TACA CARRIERS NOTIFY PACT ON SLACK-SEASON VESSEL CAPACITY
The carriers of the Trans-Atlantic Conference Agreement have filed an amendment to their cooperative agreement with both the U.S. Federal Maritime Commission and the European Commission seeking to allow them to withdraw surplus capacity during the Christmas/New Year slack period.
The amendment, filed on Friday, would enable the carriers to match supply and demand more closely during the winter holidays period. If the agreement is approved, the carriers will withdraw one or two vessels during the slack period and carry out dry dock or other ship maintenance tasks while demand for vessel space is low.
A spokesman for TACA said the capacity move is not related to plans by the conference to revise freight rates.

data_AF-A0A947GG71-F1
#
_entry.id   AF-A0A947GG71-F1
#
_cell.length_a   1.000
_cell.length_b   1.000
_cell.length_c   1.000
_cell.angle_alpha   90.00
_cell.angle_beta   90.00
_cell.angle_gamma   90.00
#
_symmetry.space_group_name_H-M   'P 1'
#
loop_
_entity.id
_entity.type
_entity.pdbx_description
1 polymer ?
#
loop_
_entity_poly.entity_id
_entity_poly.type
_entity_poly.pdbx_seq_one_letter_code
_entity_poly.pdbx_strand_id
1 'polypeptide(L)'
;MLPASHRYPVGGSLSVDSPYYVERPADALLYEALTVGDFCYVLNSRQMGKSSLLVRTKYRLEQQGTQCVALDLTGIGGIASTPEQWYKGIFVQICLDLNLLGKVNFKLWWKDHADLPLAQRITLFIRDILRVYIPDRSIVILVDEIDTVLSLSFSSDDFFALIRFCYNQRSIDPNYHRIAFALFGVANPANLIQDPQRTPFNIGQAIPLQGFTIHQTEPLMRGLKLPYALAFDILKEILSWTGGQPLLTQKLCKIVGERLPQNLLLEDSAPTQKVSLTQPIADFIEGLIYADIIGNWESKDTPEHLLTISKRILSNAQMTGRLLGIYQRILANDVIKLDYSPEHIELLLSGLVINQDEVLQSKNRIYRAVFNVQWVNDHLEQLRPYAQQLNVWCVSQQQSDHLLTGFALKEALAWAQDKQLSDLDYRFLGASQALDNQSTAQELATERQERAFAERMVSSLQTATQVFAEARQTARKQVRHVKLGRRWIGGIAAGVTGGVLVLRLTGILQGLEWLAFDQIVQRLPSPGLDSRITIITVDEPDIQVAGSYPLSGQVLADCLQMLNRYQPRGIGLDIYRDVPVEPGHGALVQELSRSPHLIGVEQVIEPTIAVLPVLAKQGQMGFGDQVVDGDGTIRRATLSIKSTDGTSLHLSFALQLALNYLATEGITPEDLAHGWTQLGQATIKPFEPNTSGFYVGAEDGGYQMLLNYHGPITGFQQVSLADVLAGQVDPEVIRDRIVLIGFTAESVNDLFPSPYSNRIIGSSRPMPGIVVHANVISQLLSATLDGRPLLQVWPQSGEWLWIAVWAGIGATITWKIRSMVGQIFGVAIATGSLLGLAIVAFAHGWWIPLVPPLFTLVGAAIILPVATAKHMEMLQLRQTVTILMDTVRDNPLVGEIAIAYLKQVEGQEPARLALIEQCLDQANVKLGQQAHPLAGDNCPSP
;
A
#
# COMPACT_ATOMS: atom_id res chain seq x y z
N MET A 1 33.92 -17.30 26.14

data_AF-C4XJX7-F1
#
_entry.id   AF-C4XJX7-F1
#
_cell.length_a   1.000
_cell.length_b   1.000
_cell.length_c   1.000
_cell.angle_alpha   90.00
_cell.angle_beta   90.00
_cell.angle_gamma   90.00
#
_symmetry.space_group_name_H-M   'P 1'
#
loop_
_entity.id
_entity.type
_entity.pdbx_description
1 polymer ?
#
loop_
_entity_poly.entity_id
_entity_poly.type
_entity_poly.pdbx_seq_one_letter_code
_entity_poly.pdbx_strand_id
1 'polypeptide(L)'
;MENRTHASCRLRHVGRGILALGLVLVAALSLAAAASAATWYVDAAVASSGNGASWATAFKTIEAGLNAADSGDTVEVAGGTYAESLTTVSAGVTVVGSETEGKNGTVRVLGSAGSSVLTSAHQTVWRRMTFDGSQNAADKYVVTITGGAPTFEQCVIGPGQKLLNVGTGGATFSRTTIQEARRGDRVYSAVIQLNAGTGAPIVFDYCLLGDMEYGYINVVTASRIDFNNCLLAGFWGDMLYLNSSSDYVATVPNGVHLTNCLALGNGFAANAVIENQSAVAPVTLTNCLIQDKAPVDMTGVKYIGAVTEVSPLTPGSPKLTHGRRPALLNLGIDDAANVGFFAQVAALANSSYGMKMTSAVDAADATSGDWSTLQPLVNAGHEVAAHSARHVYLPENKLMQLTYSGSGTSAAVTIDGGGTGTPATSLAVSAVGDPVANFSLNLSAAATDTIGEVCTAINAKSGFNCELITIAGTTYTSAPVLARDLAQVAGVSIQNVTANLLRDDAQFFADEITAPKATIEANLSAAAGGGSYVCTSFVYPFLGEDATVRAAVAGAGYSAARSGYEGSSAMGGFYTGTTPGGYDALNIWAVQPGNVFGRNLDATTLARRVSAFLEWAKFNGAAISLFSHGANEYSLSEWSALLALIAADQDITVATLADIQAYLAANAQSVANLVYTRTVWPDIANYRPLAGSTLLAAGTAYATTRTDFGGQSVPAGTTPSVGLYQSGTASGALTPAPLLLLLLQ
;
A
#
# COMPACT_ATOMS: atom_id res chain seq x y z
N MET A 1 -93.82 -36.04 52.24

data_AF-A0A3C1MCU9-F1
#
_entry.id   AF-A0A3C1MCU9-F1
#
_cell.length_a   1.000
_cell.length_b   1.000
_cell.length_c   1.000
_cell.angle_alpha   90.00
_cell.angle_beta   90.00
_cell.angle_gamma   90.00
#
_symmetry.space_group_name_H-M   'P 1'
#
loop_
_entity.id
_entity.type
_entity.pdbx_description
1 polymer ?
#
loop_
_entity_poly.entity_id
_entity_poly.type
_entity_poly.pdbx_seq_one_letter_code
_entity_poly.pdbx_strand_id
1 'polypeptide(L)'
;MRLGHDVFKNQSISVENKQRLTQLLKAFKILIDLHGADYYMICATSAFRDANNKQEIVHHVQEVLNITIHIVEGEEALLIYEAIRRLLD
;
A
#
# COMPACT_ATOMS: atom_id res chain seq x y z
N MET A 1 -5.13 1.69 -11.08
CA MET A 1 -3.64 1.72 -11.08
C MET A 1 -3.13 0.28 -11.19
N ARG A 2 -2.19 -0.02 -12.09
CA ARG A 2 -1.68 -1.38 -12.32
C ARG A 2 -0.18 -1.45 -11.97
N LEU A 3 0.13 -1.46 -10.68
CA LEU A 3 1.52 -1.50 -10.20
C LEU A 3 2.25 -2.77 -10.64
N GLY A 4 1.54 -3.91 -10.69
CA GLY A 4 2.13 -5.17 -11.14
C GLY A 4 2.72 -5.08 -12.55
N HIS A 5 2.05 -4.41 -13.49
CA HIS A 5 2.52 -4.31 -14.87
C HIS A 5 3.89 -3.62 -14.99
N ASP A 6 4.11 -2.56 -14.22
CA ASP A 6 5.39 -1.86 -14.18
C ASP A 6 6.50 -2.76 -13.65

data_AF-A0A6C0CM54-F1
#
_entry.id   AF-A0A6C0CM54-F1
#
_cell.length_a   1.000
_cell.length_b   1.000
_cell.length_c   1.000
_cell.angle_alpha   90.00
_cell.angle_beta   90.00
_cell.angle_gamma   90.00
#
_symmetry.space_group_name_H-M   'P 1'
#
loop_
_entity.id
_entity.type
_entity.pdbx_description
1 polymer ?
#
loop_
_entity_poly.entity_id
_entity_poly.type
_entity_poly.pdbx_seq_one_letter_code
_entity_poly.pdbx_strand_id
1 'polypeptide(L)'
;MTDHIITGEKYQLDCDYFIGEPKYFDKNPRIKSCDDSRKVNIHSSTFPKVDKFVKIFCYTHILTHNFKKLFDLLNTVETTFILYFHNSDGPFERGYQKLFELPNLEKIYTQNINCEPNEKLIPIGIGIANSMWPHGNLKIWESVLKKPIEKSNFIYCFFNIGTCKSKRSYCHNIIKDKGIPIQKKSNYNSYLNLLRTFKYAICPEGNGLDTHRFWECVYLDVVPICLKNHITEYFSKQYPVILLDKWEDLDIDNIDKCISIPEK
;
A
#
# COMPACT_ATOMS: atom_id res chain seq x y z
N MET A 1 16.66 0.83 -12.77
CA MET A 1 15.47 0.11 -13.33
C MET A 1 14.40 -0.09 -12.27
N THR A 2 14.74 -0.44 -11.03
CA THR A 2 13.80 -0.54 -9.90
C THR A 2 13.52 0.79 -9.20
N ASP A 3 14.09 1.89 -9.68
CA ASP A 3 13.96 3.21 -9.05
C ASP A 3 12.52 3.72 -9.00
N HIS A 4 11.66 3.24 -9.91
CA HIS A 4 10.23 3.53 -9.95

David Jeffries, general manager of TACA in Europe, said the conference carriers would still provide sufficient capacity to meet the trade’s demand.
“In previous years, unused capacity (during this slack period) averaged over 25 percent,” he said. “As far as the shippers are concerned, this will be seamless.”
Carriers who withdraw ships would enter into slot-charter agreements with other carriers to continue to provide services during the gap, Jeffries said, adding that these specific agreements would be conducted on a bilateral basis between individual TACA carriers.
The slack-season capacity agreement would cover the trade between northern Europe and the U.S. East and Gulf coasts.
The transatlantic conference appears to be keen to underline that the seasonal capacity pact is different from earlier, controversial attempts by carriers to regulate capacity. In the early 1990s, the Trans-Atlantic Agreement introduced a program of restrictions on ship utilization levels among its members that was strongly criticized by U.S. and European regulators.
“This has nothing to do with the capacity management program of the Trans-Atlantic Agreement,” said Jeffries, referring to the latest slack season plan.
The carriers of the TACA conference are Atlantic Container Line, Hapag-Lloyd, Mediterranean Shipping Co., Maersk Sealand, NYK, OOCL and P&O Nedlloyd.